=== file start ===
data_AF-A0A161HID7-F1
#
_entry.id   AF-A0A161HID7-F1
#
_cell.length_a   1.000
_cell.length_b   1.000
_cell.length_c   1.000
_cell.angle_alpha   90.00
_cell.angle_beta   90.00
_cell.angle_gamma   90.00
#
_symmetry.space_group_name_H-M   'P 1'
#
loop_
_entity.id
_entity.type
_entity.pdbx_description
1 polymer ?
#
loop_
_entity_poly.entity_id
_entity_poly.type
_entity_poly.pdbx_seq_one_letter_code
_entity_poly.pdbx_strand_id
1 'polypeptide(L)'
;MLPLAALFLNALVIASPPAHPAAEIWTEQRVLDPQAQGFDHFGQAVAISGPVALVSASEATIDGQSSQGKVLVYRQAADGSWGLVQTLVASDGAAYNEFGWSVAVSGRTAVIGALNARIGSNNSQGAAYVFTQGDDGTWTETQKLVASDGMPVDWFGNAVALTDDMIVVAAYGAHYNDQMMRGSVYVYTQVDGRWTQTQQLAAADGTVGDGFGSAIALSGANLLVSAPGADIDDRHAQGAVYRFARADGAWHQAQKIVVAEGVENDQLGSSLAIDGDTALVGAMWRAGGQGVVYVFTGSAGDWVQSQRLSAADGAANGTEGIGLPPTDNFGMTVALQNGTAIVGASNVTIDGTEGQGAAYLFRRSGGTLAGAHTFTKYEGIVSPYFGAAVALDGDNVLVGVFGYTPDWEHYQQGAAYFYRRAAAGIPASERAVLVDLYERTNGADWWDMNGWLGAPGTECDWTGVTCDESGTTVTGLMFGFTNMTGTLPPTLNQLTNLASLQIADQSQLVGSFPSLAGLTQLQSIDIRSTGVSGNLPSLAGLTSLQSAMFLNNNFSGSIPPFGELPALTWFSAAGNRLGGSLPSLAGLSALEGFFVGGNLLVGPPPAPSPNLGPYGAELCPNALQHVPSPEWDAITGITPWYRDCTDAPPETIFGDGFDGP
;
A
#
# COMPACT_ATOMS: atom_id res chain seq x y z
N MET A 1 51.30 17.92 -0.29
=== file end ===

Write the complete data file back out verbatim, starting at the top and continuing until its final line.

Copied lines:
data_AF-A0A161HID7-F1
#
_entry.id   AF-A0A161HID7-F1
#
_cell.length_a   1.000
_cell.length_b   1.000
_cell.length_c   1.000
_cell.angle_alpha   90.00
_cell.angle_beta   90.00
_cell.angle_gamma   90.00
#
_symmetry.space_group_name_H-M   'P 1'
#
loop_
_entity.id
_entity.type
_entity.pdbx_description
1 polymer ?
#
loop_
_entity_poly.entity_id
_entity_poly.type
_entity_poly.pdbx_seq_one_letter_code
_entity_poly.pdbx_strand_id
1 'polypeptide(L)'
;MLPLAALFLNALVIASPPAHPAAEIWTEQRVLDPQAQGFDHFGQAVAISGPVALVSASEATIDGQSSQGKVLVYRQAADGSWGLVQTLVASDGAAYNEFGWSVAVSGRTAVIGALNARIGSNNSQGAAYVFTQGDDGTWTETQKLVASDGMPVDWFGNAVALTDDMIVVAAYGAHYNDQMMRGSVYVYTQVDGRWTQTQQLAAADGTVGDGFGSAIALSGANLLVSAPGADIDDRHAQGAVYRFARADGAWHQAQKIVVAEGVENDQLGSSLAIDGDTALVGAMWRAGGQGVVYVFTGSAGDWVQSQRLSAADGAANGTEGIGLPPTDNFGMTVALQNGTAIVGASNVTIDGTEGQGAAYLFRRSGGTLAGAHTFTKYEGIVSPYFGAAVALDGDNVLVGVFGYTPDWEHYQQGAAYFYRRAAAGIPASERAVLVDLYERTNGADWWDMNGWLGAPGTECDWTGVTCDESGTTVTGLMFGFTNMTGTLPPTLNQLTNLASLQIADQSQLVGSFPSLAGLTQLQSIDIRSTGVSGNLPSLAGLTSLQSAMFLNNNFSGSIPPFGELPALTWFSAAGNRLGGSLPSLAGLSALEGFFVGGNLLVGPPPAPSPNLGPYGAELCPNALQHVPSPEWDAITGITPWYRDCTDAPPETIFGDGFDGP
;
A
#
# COMPACT_ATOMS: atom_id res chain seq x y z
N MET A 1 51.30 17.92 -0.29